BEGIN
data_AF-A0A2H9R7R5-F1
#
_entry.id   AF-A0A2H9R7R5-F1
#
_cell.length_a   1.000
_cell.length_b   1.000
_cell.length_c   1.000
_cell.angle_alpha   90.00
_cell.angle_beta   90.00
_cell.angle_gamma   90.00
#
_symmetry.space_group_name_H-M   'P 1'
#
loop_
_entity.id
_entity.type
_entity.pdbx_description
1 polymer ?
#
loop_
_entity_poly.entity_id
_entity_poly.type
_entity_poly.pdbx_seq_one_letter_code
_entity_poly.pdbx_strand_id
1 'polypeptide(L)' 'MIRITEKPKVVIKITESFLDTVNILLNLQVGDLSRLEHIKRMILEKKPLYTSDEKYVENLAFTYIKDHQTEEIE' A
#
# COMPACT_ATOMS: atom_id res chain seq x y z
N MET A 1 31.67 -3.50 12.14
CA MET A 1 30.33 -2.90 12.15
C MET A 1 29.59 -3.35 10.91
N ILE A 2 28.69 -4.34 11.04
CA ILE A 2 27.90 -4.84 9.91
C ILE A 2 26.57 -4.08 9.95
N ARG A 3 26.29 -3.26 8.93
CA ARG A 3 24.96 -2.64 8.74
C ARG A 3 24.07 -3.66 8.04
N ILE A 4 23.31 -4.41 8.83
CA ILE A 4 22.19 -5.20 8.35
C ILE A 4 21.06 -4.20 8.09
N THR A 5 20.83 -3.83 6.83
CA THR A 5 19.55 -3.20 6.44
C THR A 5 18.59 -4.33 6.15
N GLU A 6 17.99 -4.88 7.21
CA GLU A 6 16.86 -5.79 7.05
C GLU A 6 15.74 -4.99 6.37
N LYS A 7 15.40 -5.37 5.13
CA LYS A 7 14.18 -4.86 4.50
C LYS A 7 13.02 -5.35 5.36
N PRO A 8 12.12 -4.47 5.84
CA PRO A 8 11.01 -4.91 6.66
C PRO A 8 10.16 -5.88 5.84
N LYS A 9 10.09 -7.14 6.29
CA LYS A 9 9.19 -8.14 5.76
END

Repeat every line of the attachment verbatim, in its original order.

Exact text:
data_AF-A0A2H9R7R5-F1
#
_entry.id   AF-A0A2H9R7R5-F1
#
_cell.length_a   1.000
_cell.length_b   1.000
_cell.length_c   1.000
_cell.angle_alpha   90.00
_cell.angle_beta   90.00
_cell.angle_gamma   90.00
#
_symmetry.space_group_name_H-M   'P 1'
#
loop_
_entity.id
_entity.type
_entity.pdbx_description
1 polymer ?
#
loop_
_entity_poly.entity_id
_entity_poly.type
_entity_poly.pdbx_seq_one_letter_code
_entity_poly.pdbx_strand_id
1 'polypeptide(L)' 'MIRITEKPKVVIKITESFLDTVNILLNLQVGDLSRLEHIKRMILEKKPLYTSDEKYVENLAFTYIKDHQTEEIE' A
#
# COMPACT_ATOMS: atom_id res chain seq x y z
N MET A 1 31.67 -3.50 12.14
CA MET A 1 30.33 -2.90 12.15
C MET A 1 29.59 -3.35 10.91
N ILE A 2 28.69 -4.34 11.04
CA ILE A 2 27.90 -4.84 9.91
C ILE A 2 26.57 -4.08 9.95
N ARG A 3 26.29 -3.26 8.93
CA ARG A 3 24.96 -2.64 8.74
C ARG A 3 24.07 -3.66 8.04
N ILE A 4 23.31 -4.41 8.83
CA ILE A 4 22.19 -5.20 8.35
C ILE A 4 21.06 -4.20 8.09
N THR A 5 20.83 -3.83 6.83
CA THR A 5 19.55 -3.20 6.44
C THR A 5 18.59 -4.33 6.15
N GLU A 6 17.99 -4.88 7.21
CA GLU A 6 16.86 -5.79 7.05
C GLU A 6 15.74 -4.99 6.37
N LYS A 7 15.40 -5.37 5.13
CA LYS A 7 14.18 -4.86 4.50
C LYS A 7 13.02 -5.35 5.36
N PRO A 8 12.12 -4.47 5.84
CA PRO A 8 11.01 -4.91 6.66
C PRO A 8 10.16 -5.88 5.84
N LYS A 9 10.09 -7.14 6.29
CA LYS A 9 9.19 -8.14 5.76